Delhi Riots: SC dismisses plea by Facebook India's Vice President

Deccan Chronicle with agency inputs  | Parmod Kumar

Nation, Politics

SC said that he has the option of not answering questions before the committee if they fall within the prohibited domains

Supreme Court (PTI)

New Delhi: The Supreme Court on Thursday dismissed a plea filed by Facebook India’s vice-president and MD Ajit Mohan challenging the summons issued by the Delhi Assembly's Peace and Harmony committee for failing to appear before it as witness in connection with the north-east Delhi riots last year.

Recognising the powers of Delhi Assembly’s committee to summon officials of the social media platform for deposition, a Supreme Court bench headed by Justice Sanjay Kishan Kaul termed Mr Mohan's plea pre-mature, saying nothing has happened against him before the Assembly panel and that he has the option of not answering questions before the committee if they fall within the prohibited domains.

Senior advocate Harish Salve, appearing for the Facebook official, said that setting up of the peace panel was not the core function of Delhi Assembly as law and order falls under the domain of the Centre in the national capital.

The bench, also comprising Justice Dinesh Maheshwari and Justice Hrishikesh Roy, said, “The Assembly admittedly does not have any power to legislate on aspects of law and order and police… As such, any representative of the petitioners (Ajit Mohan/Facebook) would have the right to not answer questions directly covered by these two fields (law and order and police).”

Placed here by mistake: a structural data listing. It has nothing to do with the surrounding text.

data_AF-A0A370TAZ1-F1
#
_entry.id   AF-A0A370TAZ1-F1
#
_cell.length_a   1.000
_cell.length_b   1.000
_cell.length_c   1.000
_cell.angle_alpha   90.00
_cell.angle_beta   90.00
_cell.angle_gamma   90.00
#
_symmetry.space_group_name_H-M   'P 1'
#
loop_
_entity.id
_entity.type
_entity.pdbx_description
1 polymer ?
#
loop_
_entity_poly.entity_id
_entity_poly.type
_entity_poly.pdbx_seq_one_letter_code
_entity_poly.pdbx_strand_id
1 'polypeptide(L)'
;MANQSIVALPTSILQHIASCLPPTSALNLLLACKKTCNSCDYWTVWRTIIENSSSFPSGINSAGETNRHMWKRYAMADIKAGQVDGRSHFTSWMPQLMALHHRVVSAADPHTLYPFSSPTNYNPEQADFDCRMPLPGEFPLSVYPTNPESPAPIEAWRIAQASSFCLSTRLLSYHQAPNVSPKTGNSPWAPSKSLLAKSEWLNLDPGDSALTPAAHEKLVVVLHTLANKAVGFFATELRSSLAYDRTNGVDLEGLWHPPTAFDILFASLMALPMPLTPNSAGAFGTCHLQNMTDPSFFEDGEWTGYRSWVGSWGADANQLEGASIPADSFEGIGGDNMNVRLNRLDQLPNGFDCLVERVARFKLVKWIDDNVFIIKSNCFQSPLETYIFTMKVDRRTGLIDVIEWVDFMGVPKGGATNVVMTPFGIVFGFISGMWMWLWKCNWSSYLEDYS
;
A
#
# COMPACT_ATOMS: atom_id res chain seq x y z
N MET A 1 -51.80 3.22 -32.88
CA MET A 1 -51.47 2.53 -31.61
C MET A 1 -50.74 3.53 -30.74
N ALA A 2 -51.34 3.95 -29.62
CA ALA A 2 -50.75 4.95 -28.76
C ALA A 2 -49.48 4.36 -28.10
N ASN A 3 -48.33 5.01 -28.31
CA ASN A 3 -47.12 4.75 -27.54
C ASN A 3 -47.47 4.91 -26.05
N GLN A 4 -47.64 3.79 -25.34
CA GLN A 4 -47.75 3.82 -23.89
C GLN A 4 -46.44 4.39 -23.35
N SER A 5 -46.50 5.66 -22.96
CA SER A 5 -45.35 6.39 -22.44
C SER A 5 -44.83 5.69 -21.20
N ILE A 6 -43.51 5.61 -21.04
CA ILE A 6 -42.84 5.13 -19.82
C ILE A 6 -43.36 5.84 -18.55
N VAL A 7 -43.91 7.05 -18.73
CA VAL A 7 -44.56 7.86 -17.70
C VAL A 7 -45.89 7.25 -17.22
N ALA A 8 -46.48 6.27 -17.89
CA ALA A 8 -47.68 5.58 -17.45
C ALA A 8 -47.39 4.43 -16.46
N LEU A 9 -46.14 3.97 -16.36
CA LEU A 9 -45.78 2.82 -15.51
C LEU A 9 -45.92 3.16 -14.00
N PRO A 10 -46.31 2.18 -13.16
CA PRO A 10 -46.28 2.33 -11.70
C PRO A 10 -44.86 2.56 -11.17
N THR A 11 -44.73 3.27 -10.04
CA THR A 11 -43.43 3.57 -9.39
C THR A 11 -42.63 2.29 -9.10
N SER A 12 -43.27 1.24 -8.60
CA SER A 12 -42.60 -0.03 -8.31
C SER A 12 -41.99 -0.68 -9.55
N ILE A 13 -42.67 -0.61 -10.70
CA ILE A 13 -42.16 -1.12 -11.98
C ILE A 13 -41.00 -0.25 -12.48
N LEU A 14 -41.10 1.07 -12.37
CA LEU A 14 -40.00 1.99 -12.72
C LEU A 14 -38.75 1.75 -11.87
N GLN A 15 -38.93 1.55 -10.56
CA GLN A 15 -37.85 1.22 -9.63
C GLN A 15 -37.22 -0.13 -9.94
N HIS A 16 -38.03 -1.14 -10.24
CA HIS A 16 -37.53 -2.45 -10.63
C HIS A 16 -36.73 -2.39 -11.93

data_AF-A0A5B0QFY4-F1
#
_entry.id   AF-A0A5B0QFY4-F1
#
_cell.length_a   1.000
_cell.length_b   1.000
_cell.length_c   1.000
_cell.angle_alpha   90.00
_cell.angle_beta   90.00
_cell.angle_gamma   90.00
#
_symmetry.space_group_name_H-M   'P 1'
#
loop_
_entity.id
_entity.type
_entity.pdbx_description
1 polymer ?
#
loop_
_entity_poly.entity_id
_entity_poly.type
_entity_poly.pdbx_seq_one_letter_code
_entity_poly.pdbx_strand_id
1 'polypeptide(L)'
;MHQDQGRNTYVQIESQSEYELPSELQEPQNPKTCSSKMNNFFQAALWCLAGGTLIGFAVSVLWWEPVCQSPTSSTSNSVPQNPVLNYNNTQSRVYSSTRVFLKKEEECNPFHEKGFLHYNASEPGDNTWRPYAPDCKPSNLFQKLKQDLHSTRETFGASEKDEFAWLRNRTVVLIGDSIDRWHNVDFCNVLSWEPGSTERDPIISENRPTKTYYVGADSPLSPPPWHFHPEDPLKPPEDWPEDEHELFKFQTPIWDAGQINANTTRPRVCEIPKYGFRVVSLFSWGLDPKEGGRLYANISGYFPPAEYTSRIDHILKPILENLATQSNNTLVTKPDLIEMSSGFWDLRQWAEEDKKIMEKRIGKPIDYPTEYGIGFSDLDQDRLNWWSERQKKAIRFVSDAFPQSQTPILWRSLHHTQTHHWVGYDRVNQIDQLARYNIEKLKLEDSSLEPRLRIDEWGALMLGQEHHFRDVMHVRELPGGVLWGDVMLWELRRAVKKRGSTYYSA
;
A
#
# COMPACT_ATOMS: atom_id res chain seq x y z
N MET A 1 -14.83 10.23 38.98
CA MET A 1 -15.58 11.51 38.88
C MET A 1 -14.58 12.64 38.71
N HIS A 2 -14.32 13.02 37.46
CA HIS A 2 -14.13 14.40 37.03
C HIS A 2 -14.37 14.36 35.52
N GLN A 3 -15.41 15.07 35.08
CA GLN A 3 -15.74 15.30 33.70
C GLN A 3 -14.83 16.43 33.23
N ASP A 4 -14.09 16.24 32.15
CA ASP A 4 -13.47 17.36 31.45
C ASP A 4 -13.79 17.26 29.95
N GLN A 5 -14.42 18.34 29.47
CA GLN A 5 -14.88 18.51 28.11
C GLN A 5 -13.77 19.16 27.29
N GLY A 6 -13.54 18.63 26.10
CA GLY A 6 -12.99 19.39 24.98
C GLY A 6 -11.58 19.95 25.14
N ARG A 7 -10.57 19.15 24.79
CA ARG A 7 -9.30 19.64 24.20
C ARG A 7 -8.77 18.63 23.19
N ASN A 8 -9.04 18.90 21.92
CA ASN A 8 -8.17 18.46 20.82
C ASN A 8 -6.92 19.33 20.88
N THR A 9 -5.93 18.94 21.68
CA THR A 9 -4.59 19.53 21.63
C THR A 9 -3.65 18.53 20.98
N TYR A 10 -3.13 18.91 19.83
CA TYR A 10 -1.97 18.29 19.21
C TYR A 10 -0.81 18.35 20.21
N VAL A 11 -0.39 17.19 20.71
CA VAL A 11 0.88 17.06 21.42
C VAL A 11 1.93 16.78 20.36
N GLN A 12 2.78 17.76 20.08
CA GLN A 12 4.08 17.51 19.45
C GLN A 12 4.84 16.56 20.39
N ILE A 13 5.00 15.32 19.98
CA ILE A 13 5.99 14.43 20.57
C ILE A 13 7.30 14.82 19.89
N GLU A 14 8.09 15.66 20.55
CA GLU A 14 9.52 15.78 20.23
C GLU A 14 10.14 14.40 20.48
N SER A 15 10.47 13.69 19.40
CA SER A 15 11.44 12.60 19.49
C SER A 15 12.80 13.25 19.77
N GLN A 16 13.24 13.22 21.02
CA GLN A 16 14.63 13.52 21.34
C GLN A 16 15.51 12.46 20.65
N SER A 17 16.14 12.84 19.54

Pronouncing the judgment, Justice Kaul, however, held, “In the larger context, the concept of peace and harmony goes much beyond law and order and police, more so in view of on-the-ground governance being in the hands of the Delhi government,” and added that the committee has the "right to seek information on any matter related to peace and harmony without encroaching (the) domain of the central laws.”

"Social media platforms have the power and potential to influence people across the border. Debates on these platforms, like Facebook, have the potential to polarise the society and less informed individuals may not verify the information and take it as gospel of truth," the court said, commenting on the role of social media.

The petitioners had challenged last year's September 10 and 18 notices issued by the committee which sought Mr Mohan's presence before the panel probing the Delhi riots in February and Facebook's role in the spread of alleged hate speeches.